The world of mobile phones can seem daunting and ultimately confusing to your average consumer (my mum once asked if the iPhone was a BlackBerry), but sometimes following technology closely can actually make things more confusing. Ignorance is bliss and all that.
With that in mind, I compiled a list of some of the mobile-related things I don’t entirely understand. Not to get to the bottom of them or anything, just to point and say: “What the fu…?”
Behold, in no particular order, five confusing things about mobile:
1. All the Samsung Galaxy S4s
I wrote about the Samsung Galaxy S4 family the other day, acknowledging that there’s at least logic in the names. Alongside the base model, there’s the rugged Samsung Galaxy S4 Active, the 16MP Samsung Galaxy S4 Zoom, and the smaller Samsung Galaxy S4 Mini.
More confusing is what’s going on inside the Samsung Galaxy S4.
The feature-heavy flagship touched down in April in two flavours: one with the Qualcomm Snapdragon 600 processor, and the other with the sort-of-8-core Exynos 5 Octa.
The Exynos 5 Octa was presumed to be the better processor, with the glaring downside being that it’d power the non-LTE version of the Samsung Galaxy S4. Ok, so you could have the better processor but no LTE, or the lesser processor with LTE. Kinda makes sense; there’s a compromise either way.
That is until Samsung announced that the Exynos 5 Octa did in fact support LTE, and issued a small number of such Samsung Galaxy S4s. In South Korea.
At this point, we had three permutations of the Samsung Galaxy S4, but as of this week: four. Enter: the Samsung Galaxy S4 LTE-A with Qualcomm Snapdragon 800 processor.
I give up.
2. How can non-Apple/Samsung manufacturers continue to exist?
There’s no shortage of smartphones out there, particularly in the world of Android, but I often wonder how the smaller players manage to survive. I don’t envy them.
Earlier this year, a report suggested that Apple and Samsung combined had grabbed more than 100% - yes, more than all – of 2012 smartphone profit. Bad news for LG, BlackBerry, Nokia, Motorola, HTC, Huawei, Lenovo, Panasonic, Sharp, Acer…
Similarly, we were told that Samsung captured a whopping 94.7% of Q1 2013 Android profits, with LG on 2.5% and the rest combined on 2.7%. It's tough out there, man.
3. The obsession with smartphones being thin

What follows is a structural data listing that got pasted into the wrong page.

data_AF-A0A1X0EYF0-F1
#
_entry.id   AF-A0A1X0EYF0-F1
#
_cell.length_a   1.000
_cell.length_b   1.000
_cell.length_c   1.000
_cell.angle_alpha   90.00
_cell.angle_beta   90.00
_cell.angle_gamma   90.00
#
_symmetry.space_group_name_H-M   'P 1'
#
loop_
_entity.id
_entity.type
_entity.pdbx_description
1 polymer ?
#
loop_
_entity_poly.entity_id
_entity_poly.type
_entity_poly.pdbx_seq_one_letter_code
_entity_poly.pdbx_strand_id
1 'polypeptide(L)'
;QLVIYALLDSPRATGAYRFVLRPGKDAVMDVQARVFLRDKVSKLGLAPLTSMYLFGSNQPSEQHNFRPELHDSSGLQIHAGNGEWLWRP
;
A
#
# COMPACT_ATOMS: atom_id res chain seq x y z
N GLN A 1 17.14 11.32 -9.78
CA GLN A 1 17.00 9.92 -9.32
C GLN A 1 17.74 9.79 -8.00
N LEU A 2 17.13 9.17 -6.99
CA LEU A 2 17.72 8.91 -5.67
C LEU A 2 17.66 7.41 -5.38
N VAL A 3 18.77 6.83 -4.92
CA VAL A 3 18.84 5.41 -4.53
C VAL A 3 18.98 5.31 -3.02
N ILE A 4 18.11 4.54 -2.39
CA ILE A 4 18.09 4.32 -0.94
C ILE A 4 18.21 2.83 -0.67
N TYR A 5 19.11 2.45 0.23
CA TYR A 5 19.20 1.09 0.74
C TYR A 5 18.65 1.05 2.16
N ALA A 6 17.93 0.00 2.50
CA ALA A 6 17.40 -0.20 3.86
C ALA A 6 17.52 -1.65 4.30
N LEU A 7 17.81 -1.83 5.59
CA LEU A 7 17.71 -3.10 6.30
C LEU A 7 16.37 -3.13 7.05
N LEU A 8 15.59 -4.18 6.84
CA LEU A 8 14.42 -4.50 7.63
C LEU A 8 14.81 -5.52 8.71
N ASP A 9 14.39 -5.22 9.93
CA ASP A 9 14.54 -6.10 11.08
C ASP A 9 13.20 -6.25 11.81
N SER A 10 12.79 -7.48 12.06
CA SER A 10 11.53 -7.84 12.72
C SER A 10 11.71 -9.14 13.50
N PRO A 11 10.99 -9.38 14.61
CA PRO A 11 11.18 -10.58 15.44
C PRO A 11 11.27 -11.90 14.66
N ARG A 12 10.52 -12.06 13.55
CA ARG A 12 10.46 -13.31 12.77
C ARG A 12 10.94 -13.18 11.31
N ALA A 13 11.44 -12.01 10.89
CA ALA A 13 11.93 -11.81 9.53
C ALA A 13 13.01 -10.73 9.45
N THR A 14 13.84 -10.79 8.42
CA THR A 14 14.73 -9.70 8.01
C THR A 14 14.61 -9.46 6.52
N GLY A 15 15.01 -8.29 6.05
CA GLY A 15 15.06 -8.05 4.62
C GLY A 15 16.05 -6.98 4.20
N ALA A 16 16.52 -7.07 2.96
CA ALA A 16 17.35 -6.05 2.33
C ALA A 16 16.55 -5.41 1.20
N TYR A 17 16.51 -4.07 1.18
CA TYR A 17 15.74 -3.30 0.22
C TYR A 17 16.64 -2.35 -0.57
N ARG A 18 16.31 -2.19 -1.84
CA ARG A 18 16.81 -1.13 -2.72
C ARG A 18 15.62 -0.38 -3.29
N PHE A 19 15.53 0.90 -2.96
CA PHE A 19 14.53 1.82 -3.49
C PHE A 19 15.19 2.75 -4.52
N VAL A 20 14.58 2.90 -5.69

Smartphone manufacturers are currently obsessed with two things: thinner, bigger.
I can understand the benefits of having a smartphone (or “phablet”, if you prefer) with a massive display, but when was it established that consumers want thin devices? Has anyone ever not bought a phone because it was 9mm thick and not 7mm?
The battle for the title of World’s Thinnest Smartphone is absolutely laughable, with manufacturers shaving off TENTHS OF A MILLIMETER. That’s like going to Weight Watchers and rejoicing because you shed a gram.
The Umeox X5, above/left, is expected to measure 5.6mm. Insane.
4. Nexus versions of flagship Android phones
Android manufacturers go to great lengths to customise the Android experience, put their own stamp on it, and in the case of Samsung – consume almost half of the advertised 16GB internal storage.
So what’s the message when flagships like the Samsung Galaxy S4 and HTC One appear on Google Play with stock Android? I could understand if they were cheaper, with wallet-friendly Nexus 4-style price tags, but that’s not the case.
Consider me baffled.
5. No microSD slot
Google’s Mattias Duarte said that microSD cards were ultimately “confusing” to consumers, adding: “If you’re saving photos, videos or music, where does it go? Is it on your phone? Or on your card? Should there be a setting? Prompt everytime? What happens to the experience when you swap out the card? It’s just too complicated.”
That’d be all well and good if no phones had a microSD slot, but some manufacturers bother while others don’t.
More and more consumers use their phones to play music, so surely you’d want your smartphone to offer as much storage as possible, preferably 16-32GB with a microSD slot? But nope, not always.
HTC is one of the worst culprits. The HTC One S had a measly 16GB internal storage with no microSD compatibility, and the flagship HTC One is limited to 32GB – deemed too little by some potential buyers.
More confusing, as I pointed out in Making sense of the HTC Butterfly family: most of HTC’s Asian models do have microSD. Say what?